For Ram temple ‘pink’ stone, Rajasthan’s sanctuary land opened up

The pink sandstone available in Bharatpur’s Band Baretha wildlife sanctuary is being used in the construction of Ram Temple in Ayodhya. Mining is not allowed in the sanctuary but it is set to change

Replica of the proposed Ram temple on display at Karsewakpuram, in Ayodhya. PTI File Photo

A wildlife sanctuary land has been opened up in Rajasthan for the construction of the Ram Temple in Ayodhya, and an approval from the Central government is what is pending now.

Bansi Paharpur block of Bharatpur’s Band Baretha wildlife sanctuary awaits denotification under the Forest and Wildlife Acts.

In 1985, Bandh Baretha, spread across 198 square kilometres, was notified as a wildlife sanctuary.

Related News: Property rates soar in Ayodhya after Ram temple bhoomi pujan

The Congress government in Rajasthan has sought the Centre’s clearance over the matter and it has marked it as ‘highest priority,’ according to a report in Indian Express on Thursday (November 19).

The Ashok Gehlot government wants the Centre to allow mining of the unique pink standstone that is found in the area. The stones are being used in the construction of the Ram Temple, for which, Prime Minister Narendra Modi did ‘Bhoomi Pujan’ on August 5.

“Over 1 lakh cubic feet of Bansi Paharpur sandstone, coveted for its unique pink shade, has already been sourced as the exclusive material for the construction of the Ram temple in Ayodhya where stockpiling began soon after the shilanyas in 1989,” the newspaper said.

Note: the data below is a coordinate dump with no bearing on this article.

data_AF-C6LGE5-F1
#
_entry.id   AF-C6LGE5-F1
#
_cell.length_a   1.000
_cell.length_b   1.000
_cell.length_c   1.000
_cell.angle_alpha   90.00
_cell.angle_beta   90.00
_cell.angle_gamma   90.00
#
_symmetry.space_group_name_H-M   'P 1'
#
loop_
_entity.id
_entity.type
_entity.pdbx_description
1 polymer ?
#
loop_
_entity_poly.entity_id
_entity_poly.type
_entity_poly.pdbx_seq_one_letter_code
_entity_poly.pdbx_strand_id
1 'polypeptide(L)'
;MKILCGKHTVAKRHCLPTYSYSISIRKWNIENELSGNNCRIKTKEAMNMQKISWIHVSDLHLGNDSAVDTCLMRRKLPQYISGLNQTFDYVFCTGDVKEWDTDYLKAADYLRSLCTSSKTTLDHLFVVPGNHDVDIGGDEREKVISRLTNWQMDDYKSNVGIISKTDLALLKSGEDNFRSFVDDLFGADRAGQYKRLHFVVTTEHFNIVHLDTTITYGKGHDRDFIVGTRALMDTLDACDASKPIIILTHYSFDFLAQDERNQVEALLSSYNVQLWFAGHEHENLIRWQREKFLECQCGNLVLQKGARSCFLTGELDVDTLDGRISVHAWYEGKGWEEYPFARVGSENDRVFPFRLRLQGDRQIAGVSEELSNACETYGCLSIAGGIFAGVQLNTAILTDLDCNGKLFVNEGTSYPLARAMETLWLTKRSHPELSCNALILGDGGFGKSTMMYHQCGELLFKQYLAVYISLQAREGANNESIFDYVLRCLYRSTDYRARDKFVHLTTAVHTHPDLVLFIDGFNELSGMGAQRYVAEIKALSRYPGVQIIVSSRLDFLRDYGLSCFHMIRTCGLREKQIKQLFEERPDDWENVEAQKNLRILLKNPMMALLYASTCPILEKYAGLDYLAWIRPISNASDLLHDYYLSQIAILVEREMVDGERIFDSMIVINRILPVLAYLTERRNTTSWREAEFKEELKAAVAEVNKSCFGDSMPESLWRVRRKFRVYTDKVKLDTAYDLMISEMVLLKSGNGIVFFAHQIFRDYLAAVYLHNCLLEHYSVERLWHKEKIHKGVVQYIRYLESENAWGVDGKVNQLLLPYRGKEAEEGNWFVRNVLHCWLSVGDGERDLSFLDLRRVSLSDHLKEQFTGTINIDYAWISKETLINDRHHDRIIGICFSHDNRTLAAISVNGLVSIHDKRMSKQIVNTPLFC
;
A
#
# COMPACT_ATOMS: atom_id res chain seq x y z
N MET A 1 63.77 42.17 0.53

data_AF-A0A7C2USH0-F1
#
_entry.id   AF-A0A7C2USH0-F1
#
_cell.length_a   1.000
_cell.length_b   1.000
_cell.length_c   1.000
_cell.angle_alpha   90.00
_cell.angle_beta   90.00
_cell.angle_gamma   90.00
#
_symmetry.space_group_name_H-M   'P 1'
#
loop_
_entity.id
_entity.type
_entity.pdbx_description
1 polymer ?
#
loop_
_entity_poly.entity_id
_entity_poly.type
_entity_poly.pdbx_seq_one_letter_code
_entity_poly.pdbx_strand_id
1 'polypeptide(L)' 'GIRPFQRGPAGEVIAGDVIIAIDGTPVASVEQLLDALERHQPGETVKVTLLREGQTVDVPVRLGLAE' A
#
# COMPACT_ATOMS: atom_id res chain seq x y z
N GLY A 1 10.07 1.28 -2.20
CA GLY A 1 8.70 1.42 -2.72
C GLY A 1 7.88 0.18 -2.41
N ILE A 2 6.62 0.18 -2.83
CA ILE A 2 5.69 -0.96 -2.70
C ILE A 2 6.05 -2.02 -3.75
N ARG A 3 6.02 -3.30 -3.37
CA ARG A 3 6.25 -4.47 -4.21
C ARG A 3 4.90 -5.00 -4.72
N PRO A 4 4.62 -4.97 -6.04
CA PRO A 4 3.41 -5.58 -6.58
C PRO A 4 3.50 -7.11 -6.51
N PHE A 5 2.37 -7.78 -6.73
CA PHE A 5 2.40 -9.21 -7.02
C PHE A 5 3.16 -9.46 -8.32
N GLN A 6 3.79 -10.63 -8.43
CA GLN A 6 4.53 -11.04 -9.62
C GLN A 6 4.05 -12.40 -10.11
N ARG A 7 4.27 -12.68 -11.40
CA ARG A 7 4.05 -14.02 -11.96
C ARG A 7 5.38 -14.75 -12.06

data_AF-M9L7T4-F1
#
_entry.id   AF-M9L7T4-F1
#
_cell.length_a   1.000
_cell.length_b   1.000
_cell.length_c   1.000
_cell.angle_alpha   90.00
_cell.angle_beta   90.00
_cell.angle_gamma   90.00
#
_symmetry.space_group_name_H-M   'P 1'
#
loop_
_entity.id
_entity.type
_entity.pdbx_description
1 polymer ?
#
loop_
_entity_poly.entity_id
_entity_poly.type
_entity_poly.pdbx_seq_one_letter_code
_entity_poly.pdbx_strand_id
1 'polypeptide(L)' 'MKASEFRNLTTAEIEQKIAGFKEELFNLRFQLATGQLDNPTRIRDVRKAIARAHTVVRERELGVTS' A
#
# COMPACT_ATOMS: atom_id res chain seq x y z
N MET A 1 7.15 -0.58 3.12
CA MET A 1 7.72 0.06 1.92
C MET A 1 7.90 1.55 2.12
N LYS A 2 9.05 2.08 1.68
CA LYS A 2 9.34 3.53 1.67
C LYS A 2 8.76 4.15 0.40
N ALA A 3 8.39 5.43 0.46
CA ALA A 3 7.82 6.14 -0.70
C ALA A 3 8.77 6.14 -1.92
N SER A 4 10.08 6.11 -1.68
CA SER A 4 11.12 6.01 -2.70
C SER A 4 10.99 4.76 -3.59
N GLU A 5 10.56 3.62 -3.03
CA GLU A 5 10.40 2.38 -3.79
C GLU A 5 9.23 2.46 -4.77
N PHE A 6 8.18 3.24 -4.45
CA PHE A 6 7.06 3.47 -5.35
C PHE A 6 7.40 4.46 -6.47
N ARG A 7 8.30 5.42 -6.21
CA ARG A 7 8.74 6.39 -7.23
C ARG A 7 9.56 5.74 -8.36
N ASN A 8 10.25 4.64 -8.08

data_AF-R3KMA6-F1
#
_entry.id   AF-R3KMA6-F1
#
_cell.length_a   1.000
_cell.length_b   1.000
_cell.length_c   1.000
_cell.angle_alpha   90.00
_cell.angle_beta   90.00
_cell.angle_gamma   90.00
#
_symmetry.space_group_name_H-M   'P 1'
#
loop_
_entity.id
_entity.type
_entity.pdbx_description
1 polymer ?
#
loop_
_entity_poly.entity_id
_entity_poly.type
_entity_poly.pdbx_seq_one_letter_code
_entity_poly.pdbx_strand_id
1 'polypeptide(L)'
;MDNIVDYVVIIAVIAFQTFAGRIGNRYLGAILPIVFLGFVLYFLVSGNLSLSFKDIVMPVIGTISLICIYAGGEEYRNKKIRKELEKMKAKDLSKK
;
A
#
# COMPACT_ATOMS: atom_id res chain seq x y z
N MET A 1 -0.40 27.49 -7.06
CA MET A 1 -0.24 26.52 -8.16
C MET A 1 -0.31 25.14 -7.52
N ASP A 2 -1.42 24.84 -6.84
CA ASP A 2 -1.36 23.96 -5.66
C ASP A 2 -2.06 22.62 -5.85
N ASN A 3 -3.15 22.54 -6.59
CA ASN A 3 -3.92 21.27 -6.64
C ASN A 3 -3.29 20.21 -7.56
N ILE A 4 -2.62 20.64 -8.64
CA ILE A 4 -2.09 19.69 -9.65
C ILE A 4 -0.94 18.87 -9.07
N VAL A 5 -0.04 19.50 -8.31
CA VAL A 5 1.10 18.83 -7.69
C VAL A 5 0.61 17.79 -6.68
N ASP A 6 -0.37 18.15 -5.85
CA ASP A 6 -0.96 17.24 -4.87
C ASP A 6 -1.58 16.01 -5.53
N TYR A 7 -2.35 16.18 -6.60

In September, 27 trucks carrying slabs of pink sandstone were seized by Bharatpur administration. Since then, the supply of the sandstone has dried up, according to reports.

“We wanted the Congress government in Rajasthan to understand that building the temple is the nation’s work. A solution has been found every time an obstruction came in its way. We will welcome any move to legalise the Bansi Paharpur mines,” Sharad Sharma, VHP’s regional spokesperson in Ayodhya, told the newspaper.

“Between 40% and 45% of carving work for the ground floor is complete. We have already sourced around 1.1 lakh cubic feet of an estimated 3.5-4 lakh cubic feet of sandstone that the temple will require after the expansion in its plan,” said Sharma.

A survey has been done and the state is in the process of filing the denotification application, according to an official. “We have conducted a joint survey of the 556 hectares in question with the forest department and are in the process of filing the application for denotification,” P.S. Meena, superintending mining engineer in charge of Bharatpur circle, told the newspaper.

Get breaking news and latest updates from India
and around the world on thefederal.com
FOLLOW US: